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Dave Swarbrick Dave Swarbrick
Album: It Suits Me Well: The Transatlantic Recordings 1976-1983
Label: Cherry Tree
Tracks: 26+20
Website: http://www.cherryred.co.uk

Back in 2012 I reviewed a handsome BGO two-disc release which collected together three of the six solo albums which the iconic Swarb - "the most influential British fiddle-player bar none", according to Ashley Hutchings - made in the late-70s and early 80s hinterland that paralleled both his final days with Fairport Convention and his duo work with Simon Nicol prior to forming the quartet Whippersnapper. Now, however, hot on the heels of Swarb's untimely death back in June, comes an even more desirable set of CDs, two even more well-filled discs which give us not three but four of those six albums in one generous package. These being the pair of Transatlantic albums (Swarbrick and Swarbrick 2) released in 1976 and 1977 but both taken from the same recording sessions which variously utilised a pool of musicians that embraced long-term Fairporters Nicol and Pegg, then-Fairport-drummer Rowland, long-time duo partner Martin Carthy and four compadres from ceilidh-band days including pianist Beryl Marriott. The albums generously interspersed classic tunes and songs, sprightly dance-medleys, solo performances and chamber-style duet excursions in a well-balanced menu that both satisfied purchasers and convinced disbelievers that Swarb was still an instrumental force to be reckoned with in whatever context.

The contents of this pair of albums, in their entirety, spill over a little onto disc two of this new set, which is completed by the full menu from Swarb's final pair of discs from the period, Smiddyburn and Flittin' (originally released in 1981 and 1983 respectively). Although recorded for, and funded by Transatlantic, Smiddyburn came out on the label's contemporary imprint Logo and Flittin' was licensed out to Spindrift; they formed a similar pattern to the earlier pair of records in that the contents of were derived from the same batch of recording sessions (1980), involving Messrs. Nicol, Pegg, Rowland and Marriott once again but with the further addition this time of (again variously) Richard Thompson, Dave Mattacks and double bassist John McCormick. Tucked in here was a notable clutch of performances by what amounted to a one-off reunion of the all-time-classic 1970 Fairport Convention Full House lineup (including a majestic segue of Nathaniel Gow's Lament/Rory Of The Hills that still brings neck-prickles today). In all a healthy proportion of the sixteen tracks on Smiddyburn and Flittin' are spirited, rollicking electrified (and sometimes gloriously extended) trad-arr strict-tempo-style dance-medleys, many featuring Mr. Thompson's signature guitar (or mandolin) and the sterling Pegg-Mattacks rhythm section. Quieter, more lyrical interludes are provided by the selections involving Beryl Marriott's poised piano playing (although Pittengardeners' Rant works up a fair head of steam!) and a quite different kind of high point comes on an eloquent mando-trio arrangement (with Messrs Thompson and Pegg) of When The Battle Is Over, but for much of their length these latter two albums present invigorating up-tempo traditional instrumental folk-rockery at its best.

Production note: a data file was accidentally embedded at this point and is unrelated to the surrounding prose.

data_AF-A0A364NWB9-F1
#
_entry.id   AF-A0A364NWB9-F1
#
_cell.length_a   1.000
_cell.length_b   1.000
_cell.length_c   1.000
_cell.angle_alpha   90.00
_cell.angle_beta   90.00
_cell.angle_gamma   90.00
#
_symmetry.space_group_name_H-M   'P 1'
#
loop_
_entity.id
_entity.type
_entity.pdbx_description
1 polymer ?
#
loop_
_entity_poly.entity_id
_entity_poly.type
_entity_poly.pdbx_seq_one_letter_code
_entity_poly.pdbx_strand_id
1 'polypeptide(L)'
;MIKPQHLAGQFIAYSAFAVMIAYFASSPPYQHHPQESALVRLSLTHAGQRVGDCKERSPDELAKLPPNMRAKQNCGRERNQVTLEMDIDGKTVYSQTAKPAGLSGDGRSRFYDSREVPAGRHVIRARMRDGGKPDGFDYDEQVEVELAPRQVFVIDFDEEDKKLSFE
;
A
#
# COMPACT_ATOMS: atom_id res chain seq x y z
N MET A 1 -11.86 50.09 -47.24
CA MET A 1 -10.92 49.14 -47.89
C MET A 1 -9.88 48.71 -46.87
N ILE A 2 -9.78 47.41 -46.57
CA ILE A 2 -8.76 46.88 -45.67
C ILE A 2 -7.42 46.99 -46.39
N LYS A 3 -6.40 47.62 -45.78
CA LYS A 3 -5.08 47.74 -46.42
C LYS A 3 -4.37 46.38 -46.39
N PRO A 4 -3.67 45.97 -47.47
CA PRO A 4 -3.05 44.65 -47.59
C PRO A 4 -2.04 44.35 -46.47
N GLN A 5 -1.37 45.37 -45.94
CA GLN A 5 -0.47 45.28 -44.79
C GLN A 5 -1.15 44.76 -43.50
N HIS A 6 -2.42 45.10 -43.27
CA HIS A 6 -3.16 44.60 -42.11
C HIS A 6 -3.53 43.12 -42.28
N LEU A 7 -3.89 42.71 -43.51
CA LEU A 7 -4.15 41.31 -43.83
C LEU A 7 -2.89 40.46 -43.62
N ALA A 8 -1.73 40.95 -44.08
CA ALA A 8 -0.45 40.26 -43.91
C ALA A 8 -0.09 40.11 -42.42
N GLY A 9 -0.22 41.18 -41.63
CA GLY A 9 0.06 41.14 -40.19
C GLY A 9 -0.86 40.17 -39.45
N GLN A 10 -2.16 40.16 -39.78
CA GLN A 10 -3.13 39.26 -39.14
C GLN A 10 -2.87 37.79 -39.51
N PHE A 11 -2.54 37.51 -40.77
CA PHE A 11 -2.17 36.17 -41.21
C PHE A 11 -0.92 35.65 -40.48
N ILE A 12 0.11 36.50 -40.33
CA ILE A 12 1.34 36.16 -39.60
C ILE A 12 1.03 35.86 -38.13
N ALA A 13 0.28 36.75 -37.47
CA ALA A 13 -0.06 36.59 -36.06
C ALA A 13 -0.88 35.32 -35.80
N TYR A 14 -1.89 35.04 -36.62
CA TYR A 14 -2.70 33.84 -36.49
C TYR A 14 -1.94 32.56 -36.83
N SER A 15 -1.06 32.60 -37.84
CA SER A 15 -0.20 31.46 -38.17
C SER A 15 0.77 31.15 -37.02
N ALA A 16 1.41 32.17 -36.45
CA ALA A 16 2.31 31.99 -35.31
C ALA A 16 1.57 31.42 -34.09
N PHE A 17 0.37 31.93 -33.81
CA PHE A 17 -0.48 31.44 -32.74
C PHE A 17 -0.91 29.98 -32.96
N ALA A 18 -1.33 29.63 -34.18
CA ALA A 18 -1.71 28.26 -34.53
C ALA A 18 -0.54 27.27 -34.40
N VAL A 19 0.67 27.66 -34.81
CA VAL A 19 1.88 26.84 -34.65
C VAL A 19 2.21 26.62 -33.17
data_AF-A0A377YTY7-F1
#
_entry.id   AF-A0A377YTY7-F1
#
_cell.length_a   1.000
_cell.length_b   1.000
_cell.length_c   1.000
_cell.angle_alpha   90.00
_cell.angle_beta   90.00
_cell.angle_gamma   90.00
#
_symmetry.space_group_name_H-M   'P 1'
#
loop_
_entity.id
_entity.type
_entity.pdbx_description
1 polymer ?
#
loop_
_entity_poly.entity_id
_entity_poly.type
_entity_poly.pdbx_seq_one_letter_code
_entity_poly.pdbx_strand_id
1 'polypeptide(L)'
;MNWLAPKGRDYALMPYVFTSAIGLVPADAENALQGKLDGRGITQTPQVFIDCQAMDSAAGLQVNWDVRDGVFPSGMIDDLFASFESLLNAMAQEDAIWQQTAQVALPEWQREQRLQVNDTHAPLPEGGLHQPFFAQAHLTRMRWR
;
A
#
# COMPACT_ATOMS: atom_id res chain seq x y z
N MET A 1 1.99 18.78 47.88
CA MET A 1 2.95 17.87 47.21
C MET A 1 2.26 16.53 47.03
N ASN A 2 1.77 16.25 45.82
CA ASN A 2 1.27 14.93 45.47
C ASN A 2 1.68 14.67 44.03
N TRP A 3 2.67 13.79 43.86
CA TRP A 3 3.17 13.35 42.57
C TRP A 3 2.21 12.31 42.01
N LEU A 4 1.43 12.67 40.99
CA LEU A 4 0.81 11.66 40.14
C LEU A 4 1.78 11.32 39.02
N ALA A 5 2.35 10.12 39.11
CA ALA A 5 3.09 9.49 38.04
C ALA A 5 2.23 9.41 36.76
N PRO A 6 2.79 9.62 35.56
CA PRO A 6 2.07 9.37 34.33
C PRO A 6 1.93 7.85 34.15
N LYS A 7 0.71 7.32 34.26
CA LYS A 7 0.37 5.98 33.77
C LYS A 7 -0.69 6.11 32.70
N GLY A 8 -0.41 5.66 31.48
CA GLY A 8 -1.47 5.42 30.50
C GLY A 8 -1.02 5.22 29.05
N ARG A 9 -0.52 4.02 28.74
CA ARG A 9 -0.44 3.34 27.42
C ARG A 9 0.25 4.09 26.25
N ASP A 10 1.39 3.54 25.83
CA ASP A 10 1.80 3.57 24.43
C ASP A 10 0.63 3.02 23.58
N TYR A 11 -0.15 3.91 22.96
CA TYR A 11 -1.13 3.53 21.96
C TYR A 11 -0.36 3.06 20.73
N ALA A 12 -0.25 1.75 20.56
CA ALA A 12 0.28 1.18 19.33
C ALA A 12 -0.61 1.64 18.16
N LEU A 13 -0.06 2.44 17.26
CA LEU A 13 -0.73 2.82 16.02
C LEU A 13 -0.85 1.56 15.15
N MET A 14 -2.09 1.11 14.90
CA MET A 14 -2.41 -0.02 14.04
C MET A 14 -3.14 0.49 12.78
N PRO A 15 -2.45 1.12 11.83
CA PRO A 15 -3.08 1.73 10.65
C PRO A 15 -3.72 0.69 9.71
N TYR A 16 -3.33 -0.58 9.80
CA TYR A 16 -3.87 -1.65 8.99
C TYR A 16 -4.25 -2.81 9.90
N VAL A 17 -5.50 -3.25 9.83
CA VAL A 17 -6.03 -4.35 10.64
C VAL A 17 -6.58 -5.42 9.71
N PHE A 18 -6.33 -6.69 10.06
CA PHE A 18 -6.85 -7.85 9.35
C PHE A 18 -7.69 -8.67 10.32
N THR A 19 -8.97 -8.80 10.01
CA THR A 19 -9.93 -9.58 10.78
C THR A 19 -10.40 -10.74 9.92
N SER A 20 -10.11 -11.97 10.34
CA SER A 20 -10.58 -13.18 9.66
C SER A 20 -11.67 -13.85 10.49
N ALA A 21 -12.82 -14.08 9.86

Some small points to end with: first, it's perhaps a little curious that this new set is titled after the one (unrepresentative) vocal track (Swarb's rendition of the Sandy Denny composition). And to add to the potential confusion, It Suits Me Well also happened to be the title of a 2004 Sanctuary-label anthology which topped up a modest selection from the above four Transatlantic albums with a couple of live sets from 1980 and 1984. Finally, might I put in a suggestion that Cherry Red now obtains the licence to reissue the "missing" third and fourth albums from this period of Swarb's career (the pair of obscure releases for Sonet, Lift The Lid & Listen and The Ceilidh Album, which I've never found on CD).

Needless to say, this well-annotated Cherry Tree anthology is by far the most useful of the multiplicity of reissues of this material thus far, and is a natural, automatic recommendation. The only significant omission is a detailed track-by-track personnel credits listing (I seem to recall one came with the BGO reissue).

David Kidman